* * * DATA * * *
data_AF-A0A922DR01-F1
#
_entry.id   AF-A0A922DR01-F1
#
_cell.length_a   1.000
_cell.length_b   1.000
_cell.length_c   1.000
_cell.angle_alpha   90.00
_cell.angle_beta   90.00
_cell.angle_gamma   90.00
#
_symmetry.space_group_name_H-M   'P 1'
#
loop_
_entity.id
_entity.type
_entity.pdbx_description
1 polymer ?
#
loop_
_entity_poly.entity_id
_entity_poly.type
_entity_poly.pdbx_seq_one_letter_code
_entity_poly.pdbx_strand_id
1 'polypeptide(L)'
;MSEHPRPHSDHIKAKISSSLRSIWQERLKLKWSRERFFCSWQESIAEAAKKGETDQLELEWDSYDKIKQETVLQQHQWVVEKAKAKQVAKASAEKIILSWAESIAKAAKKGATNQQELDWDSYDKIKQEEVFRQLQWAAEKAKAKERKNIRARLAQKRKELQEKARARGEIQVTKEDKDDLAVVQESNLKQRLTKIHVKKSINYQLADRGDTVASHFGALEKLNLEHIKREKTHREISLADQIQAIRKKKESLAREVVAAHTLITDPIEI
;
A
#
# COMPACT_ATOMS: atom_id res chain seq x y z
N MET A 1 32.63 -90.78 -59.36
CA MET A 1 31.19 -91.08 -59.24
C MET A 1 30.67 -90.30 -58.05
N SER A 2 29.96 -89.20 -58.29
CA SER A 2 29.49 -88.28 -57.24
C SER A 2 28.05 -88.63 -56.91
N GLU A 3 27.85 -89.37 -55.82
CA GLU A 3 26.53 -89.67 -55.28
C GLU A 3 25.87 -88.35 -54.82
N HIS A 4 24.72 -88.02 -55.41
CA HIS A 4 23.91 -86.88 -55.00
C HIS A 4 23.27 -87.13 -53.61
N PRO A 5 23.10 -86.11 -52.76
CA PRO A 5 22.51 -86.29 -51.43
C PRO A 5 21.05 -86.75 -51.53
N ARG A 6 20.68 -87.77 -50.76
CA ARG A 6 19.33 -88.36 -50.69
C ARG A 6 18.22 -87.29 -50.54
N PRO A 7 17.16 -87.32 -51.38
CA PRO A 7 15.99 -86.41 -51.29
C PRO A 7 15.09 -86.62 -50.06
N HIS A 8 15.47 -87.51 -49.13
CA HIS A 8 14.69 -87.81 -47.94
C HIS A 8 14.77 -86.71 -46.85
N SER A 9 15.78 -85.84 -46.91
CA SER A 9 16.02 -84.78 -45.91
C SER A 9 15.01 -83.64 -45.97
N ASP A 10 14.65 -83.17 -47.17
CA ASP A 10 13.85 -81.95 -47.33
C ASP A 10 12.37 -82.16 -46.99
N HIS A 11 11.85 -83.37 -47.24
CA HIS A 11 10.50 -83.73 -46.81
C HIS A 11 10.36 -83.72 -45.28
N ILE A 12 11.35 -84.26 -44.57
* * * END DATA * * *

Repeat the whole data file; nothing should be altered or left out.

data_AF-A0A922DR01-F1
#
_entry.id   AF-A0A922DR01-F1
#
_cell.length_a   1.000
_cell.length_b   1.000
_cell.length_c   1.000
_cell.angle_alpha   90.00
_cell.angle_beta   90.00
_cell.angle_gamma   90.00
#
_symmetry.space_group_name_H-M   'P 1'
#
loop_
_entity.id
_entity.type
_entity.pdbx_description
1 polymer ?
#
loop_
_entity_poly.entity_id
_entity_poly.type
_entity_poly.pdbx_seq_one_letter_code
_entity_poly.pdbx_strand_id
1 'polypeptide(L)'
;MSEHPRPHSDHIKAKISSSLRSIWQERLKLKWSRERFFCSWQESIAEAAKKGETDQLELEWDSYDKIKQETVLQQHQWVVEKAKAKQVAKASAEKIILSWAESIAKAAKKGATNQQELDWDSYDKIKQEEVFRQLQWAAEKAKAKERKNIRARLAQKRKELQEKARARGEIQVTKEDKDDLAVVQESNLKQRLTKIHVKKSINYQLADRGDTVASHFGALEKLNLEHIKREKTHREISLADQIQAIRKKKESLAREVVAAHTLITDPIEI
;
A
#
# COMPACT_ATOMS: atom_id res chain seq x y z
N MET A 1 32.63 -90.78 -59.36
CA MET A 1 31.19 -91.08 -59.24
C MET A 1 30.67 -90.30 -58.05
N SER A 2 29.96 -89.20 -58.29
CA SER A 2 29.49 -88.28 -57.24
C SER A 2 28.05 -88.63 -56.91
N GLU A 3 27.85 -89.37 -55.82
CA GLU A 3 26.53 -89.67 -55.28
C GLU A 3 25.87 -88.35 -54.82
N HIS A 4 24.72 -88.02 -55.41
CA HIS A 4 23.91 -86.88 -55.00
C HIS A 4 23.27 -87.13 -53.61
N PRO A 5 23.10 -86.11 -52.76
CA PRO A 5 22.51 -86.29 -51.43
C PRO A 5 21.05 -86.75 -51.53
N ARG A 6 20.68 -87.77 -50.76
CA ARG A 6 19.33 -88.36 -50.69
C ARG A 6 18.22 -87.29 -50.54
N PRO A 7 17.16 -87.32 -51.38
CA PRO A 7 15.99 -86.41 -51.29
C PRO A 7 15.09 -86.62 -50.06
N HIS A 8 15.47 -87.51 -49.13
CA HIS A 8 14.69 -87.81 -47.94
C HIS A 8 14.77 -86.71 -46.85
N SER A 9 15.78 -85.84 -46.91
CA SER A 9 16.02 -84.78 -45.91
C SER A 9 15.01 -83.64 -45.97
N ASP A 10 14.65 -83.17 -47.17
CA ASP A 10 13.85 -81.95 -47.33
C ASP A 10 12.37 -82.16 -46.99
N HIS A 11 11.85 -83.37 -47.24
CA HIS A 11 10.50 -83.73 -46.81
C HIS A 11 10.36 -83.72 -45.28
N ILE A 12 11.35 -84.26 -44.57